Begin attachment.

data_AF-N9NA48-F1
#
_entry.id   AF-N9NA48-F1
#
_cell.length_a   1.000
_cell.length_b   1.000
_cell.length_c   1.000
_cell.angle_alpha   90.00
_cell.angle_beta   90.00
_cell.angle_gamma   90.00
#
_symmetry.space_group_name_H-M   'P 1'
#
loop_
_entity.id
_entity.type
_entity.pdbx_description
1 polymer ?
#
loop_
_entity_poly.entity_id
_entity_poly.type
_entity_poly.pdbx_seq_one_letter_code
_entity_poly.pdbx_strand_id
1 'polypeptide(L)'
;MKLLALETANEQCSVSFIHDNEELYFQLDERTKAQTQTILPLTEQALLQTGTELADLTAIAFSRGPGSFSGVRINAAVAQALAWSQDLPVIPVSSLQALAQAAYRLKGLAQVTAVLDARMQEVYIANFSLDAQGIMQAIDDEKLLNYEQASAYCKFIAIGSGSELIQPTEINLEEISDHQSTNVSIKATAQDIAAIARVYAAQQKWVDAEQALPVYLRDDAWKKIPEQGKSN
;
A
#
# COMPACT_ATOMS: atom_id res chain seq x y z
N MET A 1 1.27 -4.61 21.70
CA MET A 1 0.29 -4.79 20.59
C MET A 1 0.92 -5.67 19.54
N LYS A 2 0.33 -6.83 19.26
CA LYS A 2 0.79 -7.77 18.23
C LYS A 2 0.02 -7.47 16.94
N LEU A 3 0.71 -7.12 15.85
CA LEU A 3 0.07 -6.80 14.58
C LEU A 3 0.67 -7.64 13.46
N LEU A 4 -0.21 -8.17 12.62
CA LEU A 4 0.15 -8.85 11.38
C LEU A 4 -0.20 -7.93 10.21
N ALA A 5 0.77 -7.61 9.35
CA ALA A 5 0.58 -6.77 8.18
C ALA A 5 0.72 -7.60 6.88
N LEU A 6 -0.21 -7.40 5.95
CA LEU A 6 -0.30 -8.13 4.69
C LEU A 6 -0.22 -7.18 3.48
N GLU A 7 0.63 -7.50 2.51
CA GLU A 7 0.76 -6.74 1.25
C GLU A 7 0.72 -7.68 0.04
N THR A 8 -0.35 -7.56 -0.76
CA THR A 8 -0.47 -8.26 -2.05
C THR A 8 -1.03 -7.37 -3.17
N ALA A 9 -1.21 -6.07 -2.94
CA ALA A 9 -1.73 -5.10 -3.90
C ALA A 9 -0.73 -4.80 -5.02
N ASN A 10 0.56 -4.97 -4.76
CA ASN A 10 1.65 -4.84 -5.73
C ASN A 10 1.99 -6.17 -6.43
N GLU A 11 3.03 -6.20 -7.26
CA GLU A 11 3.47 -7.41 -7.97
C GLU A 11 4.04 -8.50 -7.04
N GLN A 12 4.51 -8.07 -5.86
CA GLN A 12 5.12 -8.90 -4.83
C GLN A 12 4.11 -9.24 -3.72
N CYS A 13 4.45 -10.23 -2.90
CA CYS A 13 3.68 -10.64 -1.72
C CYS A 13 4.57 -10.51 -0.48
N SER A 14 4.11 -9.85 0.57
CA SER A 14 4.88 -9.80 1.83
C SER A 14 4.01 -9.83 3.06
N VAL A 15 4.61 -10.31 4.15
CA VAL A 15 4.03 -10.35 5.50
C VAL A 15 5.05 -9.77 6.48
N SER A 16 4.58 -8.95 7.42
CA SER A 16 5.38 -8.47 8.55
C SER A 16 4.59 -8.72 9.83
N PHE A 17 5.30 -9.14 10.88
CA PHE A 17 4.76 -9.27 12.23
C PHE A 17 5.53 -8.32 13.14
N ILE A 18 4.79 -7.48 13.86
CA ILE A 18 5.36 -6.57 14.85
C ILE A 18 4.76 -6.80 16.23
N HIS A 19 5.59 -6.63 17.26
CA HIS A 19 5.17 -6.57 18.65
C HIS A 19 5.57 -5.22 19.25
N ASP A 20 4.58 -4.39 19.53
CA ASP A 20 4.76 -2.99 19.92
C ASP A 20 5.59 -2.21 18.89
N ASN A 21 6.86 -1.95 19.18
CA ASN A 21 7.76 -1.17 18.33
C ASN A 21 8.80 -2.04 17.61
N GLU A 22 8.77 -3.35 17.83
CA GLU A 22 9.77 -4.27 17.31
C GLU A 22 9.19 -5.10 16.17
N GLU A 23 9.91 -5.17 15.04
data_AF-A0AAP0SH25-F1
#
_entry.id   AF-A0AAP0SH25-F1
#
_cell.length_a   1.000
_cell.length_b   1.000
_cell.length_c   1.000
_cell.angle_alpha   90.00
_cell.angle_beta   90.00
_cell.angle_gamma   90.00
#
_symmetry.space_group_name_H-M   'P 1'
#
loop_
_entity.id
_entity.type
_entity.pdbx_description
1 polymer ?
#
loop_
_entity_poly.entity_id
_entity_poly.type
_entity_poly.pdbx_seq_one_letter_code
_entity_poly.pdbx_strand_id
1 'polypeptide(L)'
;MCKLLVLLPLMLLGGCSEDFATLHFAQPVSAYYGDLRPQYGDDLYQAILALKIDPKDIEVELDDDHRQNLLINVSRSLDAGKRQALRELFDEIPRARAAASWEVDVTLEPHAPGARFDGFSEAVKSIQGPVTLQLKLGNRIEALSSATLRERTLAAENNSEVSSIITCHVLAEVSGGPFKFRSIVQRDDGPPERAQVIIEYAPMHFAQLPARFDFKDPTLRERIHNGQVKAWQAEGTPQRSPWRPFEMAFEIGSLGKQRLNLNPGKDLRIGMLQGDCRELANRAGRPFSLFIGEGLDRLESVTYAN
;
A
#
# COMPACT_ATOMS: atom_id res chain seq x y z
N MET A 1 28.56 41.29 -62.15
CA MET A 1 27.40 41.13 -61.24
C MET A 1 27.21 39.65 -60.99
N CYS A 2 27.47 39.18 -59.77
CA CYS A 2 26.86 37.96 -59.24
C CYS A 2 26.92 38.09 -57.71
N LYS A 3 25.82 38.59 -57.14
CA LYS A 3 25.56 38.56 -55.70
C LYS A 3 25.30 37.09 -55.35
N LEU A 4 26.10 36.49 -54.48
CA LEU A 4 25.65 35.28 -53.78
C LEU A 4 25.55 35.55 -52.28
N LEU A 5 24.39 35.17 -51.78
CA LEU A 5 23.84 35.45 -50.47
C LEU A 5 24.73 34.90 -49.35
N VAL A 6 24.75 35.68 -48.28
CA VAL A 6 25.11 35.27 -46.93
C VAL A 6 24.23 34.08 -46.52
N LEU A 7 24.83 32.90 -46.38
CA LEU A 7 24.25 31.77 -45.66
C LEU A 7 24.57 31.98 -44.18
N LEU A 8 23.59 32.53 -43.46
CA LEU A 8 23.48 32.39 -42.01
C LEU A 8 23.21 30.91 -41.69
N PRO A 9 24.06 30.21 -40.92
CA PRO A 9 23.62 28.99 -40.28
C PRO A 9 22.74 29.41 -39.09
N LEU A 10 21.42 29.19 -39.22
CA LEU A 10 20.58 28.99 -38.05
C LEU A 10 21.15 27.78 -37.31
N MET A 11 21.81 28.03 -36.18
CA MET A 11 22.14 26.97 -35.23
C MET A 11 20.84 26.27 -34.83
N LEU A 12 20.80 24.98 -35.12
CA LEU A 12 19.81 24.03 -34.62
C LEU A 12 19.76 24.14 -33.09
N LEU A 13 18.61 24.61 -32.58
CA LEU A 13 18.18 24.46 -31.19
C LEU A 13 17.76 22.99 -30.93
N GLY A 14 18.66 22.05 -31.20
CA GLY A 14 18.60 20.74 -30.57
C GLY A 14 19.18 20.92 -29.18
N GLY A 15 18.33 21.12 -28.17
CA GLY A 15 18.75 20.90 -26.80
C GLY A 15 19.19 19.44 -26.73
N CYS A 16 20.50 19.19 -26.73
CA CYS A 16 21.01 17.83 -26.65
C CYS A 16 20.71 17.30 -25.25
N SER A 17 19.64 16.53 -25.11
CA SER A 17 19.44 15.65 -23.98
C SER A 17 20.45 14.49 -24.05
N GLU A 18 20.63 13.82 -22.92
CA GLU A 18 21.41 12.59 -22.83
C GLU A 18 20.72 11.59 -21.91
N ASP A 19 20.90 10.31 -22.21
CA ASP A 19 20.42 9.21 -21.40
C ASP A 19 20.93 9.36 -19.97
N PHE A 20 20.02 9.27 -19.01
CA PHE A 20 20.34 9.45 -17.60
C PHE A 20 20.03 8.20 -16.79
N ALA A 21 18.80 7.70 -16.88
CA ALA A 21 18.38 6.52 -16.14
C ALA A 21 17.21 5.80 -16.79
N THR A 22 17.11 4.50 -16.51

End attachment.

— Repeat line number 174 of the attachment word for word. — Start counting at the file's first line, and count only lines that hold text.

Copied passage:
CA CYS A 16 21.01 17.83 -26.65